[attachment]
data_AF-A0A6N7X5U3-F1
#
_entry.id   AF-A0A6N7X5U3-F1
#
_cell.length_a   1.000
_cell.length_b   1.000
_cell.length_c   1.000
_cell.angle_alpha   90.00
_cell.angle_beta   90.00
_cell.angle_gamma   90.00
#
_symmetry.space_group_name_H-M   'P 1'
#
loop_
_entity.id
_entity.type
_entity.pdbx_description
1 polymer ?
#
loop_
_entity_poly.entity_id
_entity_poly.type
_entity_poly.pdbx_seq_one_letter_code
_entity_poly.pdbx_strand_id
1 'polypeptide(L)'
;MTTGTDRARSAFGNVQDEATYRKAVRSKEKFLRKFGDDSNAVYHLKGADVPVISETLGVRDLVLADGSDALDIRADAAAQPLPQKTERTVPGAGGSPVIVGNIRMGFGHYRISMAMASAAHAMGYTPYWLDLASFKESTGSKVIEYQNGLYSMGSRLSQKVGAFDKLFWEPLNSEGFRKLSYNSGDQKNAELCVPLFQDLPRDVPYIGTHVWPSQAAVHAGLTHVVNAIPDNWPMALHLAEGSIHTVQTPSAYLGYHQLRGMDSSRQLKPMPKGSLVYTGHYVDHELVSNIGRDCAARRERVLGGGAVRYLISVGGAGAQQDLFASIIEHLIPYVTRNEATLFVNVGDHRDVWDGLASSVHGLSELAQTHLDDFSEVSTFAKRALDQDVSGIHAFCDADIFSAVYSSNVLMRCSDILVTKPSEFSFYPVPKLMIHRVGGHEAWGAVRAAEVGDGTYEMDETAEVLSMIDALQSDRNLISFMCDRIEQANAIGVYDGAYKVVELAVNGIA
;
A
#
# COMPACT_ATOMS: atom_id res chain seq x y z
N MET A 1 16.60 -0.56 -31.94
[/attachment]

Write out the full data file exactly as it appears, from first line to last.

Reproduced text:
data_AF-A0A6N7X5U3-F1
#
_entry.id   AF-A0A6N7X5U3-F1
#
_cell.length_a   1.000
_cell.length_b   1.000
_cell.length_c   1.000
_cell.angle_alpha   90.00
_cell.angle_beta   90.00
_cell.angle_gamma   90.00
#
_symmetry.space_group_name_H-M   'P 1'
#
loop_
_entity.id
_entity.type
_entity.pdbx_description
1 polymer ?
#
loop_
_entity_poly.entity_id
_entity_poly.type
_entity_poly.pdbx_seq_one_letter_code
_entity_poly.pdbx_strand_id
1 'polypeptide(L)'
;MTTGTDRARSAFGNVQDEATYRKAVRSKEKFLRKFGDDSNAVYHLKGADVPVISETLGVRDLVLADGSDALDIRADAAAQPLPQKTERTVPGAGGSPVIVGNIRMGFGHYRISMAMASAAHAMGYTPYWLDLASFKESTGSKVIEYQNGLYSMGSRLSQKVGAFDKLFWEPLNSEGFRKLSYNSGDQKNAELCVPLFQDLPRDVPYIGTHVWPSQAAVHAGLTHVVNAIPDNWPMALHLAEGSIHTVQTPSAYLGYHQLRGMDSSRQLKPMPKGSLVYTGHYVDHELVSNIGRDCAARRERVLGGGAVRYLISVGGAGAQQDLFASIIEHLIPYVTRNEATLFVNVGDHRDVWDGLASSVHGLSELAQTHLDDFSEVSTFAKRALDQDVSGIHAFCDADIFSAVYSSNVLMRCSDILVTKPSEFSFYPVPKLMIHRVGGHEAWGAVRAAEVGDGTYEMDETAEVLSMIDALQSDRNLISFMCDRIEQANAIGVYDGAYKVVELAVNGIA
;
A
#
# COMPACT_ATOMS: atom_id res chain seq x y z
N MET A 1 16.60 -0.56 -31.94